Restaurants are sustainable when they reduce their waste streams and are also practicing sustainable principles, minimizing their impact on the environment. While we are seeing a decline of our planet’s natural resources as well as an increase in demand for transparency and in consumer expectations, restaurants businesses are facing numerous challenges, such as growing costs, slow growth, employees retention or high turnover and ultimately a need to attract a younger demographic target. As consumers, according to recent statistics, are willing to pay more for sustainable services and products, restaurants should consider more commitment to sustainability, as this would be an important marketing strategy to address all issues above. Here some important steps for restaurants businesses willing to start their “sustainable” journey:

Engaging stakeholders: to start the process in the more efficient way it is important to receive support, suggestions and input from as many stakeholders affected by the business as possible; employees, suppliers, corporate, local communities, private and public organizations should be involved from the very beginning.

Operations assessment: it is recommended to study in depth all major issues such as employee’s retention and turnover rate, relationship with suppliers and local communities, where most of the money is spent, how the company is known in the market and what can be done to improve.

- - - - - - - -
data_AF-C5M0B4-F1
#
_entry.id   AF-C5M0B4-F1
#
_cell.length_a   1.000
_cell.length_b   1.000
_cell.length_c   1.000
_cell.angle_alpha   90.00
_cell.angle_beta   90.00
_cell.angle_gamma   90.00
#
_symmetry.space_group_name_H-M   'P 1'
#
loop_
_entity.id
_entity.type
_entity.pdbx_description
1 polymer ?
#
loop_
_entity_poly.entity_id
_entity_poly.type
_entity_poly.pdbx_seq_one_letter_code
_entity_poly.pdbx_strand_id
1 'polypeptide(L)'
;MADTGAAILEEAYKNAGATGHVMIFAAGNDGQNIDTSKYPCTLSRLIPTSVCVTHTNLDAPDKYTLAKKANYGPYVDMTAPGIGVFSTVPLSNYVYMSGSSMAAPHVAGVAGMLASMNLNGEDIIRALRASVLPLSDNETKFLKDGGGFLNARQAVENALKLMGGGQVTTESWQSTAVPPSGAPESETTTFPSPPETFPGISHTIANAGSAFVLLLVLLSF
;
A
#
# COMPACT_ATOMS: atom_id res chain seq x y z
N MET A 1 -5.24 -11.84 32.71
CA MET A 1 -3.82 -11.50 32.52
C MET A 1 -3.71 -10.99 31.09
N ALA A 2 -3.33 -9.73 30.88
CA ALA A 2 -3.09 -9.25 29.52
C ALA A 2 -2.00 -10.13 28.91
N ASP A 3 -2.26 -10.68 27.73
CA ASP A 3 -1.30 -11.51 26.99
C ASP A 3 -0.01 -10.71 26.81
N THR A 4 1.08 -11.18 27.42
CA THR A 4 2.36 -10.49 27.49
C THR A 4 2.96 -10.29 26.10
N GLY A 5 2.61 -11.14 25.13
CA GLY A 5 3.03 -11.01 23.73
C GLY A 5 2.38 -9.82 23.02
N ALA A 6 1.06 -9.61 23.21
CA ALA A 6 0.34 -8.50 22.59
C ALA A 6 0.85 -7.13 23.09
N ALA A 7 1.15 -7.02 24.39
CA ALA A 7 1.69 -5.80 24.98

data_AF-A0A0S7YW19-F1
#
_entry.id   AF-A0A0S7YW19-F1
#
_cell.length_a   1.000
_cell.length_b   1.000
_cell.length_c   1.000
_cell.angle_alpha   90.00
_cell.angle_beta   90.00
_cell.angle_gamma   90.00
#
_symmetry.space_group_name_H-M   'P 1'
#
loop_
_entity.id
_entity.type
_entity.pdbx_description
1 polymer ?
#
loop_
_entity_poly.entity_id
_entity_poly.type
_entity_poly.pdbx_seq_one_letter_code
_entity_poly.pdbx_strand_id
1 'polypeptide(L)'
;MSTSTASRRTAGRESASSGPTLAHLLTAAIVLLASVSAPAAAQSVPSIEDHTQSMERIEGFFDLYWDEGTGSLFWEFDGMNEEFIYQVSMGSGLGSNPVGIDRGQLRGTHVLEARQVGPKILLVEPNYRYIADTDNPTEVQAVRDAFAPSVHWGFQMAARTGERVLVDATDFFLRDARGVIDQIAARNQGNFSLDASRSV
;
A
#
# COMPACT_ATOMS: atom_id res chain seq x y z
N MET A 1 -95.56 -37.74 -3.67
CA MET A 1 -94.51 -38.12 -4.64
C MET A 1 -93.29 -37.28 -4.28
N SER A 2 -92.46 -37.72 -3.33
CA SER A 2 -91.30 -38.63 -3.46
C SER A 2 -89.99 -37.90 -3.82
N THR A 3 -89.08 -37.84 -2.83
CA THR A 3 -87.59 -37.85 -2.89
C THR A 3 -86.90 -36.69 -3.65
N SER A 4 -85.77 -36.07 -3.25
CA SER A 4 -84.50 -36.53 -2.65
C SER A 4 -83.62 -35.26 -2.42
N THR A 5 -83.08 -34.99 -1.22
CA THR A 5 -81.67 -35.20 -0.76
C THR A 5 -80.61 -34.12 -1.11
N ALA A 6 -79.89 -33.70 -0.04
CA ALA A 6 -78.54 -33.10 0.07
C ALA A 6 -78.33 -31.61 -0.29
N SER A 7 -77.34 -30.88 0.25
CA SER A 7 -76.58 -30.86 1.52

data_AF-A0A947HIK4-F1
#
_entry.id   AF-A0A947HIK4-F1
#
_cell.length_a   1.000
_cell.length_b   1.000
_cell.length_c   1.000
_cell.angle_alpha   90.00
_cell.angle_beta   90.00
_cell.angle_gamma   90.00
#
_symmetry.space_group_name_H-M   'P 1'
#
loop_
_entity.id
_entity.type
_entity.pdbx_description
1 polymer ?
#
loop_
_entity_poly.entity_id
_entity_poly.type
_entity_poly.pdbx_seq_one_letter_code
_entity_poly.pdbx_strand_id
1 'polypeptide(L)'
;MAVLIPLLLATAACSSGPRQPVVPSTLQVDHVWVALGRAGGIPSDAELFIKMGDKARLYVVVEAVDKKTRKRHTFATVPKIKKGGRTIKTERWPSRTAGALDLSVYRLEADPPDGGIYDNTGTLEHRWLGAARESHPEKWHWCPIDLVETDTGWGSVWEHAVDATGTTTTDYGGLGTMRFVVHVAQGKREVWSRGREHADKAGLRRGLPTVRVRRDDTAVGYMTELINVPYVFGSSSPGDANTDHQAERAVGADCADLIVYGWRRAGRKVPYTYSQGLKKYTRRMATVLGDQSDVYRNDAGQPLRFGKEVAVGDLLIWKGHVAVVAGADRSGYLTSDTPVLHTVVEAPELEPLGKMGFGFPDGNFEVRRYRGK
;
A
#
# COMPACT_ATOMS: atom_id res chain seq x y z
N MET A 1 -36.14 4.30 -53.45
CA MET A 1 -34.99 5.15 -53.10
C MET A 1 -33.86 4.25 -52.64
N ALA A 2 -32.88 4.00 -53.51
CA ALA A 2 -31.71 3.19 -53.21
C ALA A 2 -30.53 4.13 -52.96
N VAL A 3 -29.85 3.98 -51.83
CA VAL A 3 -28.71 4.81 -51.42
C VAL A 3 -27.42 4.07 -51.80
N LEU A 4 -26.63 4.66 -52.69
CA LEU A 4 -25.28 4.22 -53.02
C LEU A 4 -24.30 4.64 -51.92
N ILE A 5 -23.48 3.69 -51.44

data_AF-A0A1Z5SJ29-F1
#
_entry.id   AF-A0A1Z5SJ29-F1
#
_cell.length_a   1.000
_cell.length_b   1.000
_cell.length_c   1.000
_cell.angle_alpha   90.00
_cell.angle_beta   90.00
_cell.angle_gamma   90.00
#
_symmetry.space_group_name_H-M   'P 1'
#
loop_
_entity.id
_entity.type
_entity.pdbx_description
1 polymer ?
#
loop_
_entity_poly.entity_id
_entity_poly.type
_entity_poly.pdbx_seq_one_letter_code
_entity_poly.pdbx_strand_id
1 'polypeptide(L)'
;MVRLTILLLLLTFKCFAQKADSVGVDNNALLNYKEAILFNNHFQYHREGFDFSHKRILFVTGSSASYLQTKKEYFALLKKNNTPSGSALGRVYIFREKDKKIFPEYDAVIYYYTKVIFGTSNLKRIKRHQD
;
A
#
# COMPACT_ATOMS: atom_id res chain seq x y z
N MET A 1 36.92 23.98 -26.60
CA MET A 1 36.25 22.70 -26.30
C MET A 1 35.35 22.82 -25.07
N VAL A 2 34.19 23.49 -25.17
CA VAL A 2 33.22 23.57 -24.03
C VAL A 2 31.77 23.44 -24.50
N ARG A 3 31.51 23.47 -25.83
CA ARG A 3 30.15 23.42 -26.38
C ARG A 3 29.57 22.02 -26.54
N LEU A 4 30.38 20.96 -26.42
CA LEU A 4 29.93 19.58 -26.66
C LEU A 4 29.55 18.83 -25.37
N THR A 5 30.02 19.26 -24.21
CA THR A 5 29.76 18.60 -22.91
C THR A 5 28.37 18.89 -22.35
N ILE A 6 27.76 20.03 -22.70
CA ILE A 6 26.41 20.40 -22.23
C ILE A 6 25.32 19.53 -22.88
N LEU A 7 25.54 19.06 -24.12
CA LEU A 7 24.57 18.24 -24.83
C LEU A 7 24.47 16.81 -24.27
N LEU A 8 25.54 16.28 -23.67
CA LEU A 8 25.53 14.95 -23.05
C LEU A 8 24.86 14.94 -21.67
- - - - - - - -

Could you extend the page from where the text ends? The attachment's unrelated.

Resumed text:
Sustainability Metrics Tracking System: once a sustainability tracking system is developed and updated regularly, metrics like water consumption, energy use, waste and others can be kept under tight control and analyzed in depth in order to identify trends and opportunities from improvement. This analysis will create a system in which monitoring on performance and benchmarks will help in consolidating best practices. Targets and goals should be realistic and not impossible to achieve; at same time they should create the right level of excitement to keep all stakeholders engaged during the journey.

New technologies, programs and policies: understanding what is available in the market for improvement of business and operations is extremely important as there are always new trends emerging and new practices to embrace. Consultants can help and support in this stage.

Implementation: After identifying new technologies, policies and practices, it is time to implement. Employees and stakeholders need to be informed during the journey as these initiatives can motivate them and keep them engaged.

A never ending journey: The goal is to continually improve practices, continue to reduce costs day by day, continue to build bridges with stakeholders and continue to contribute to a better world for everyone.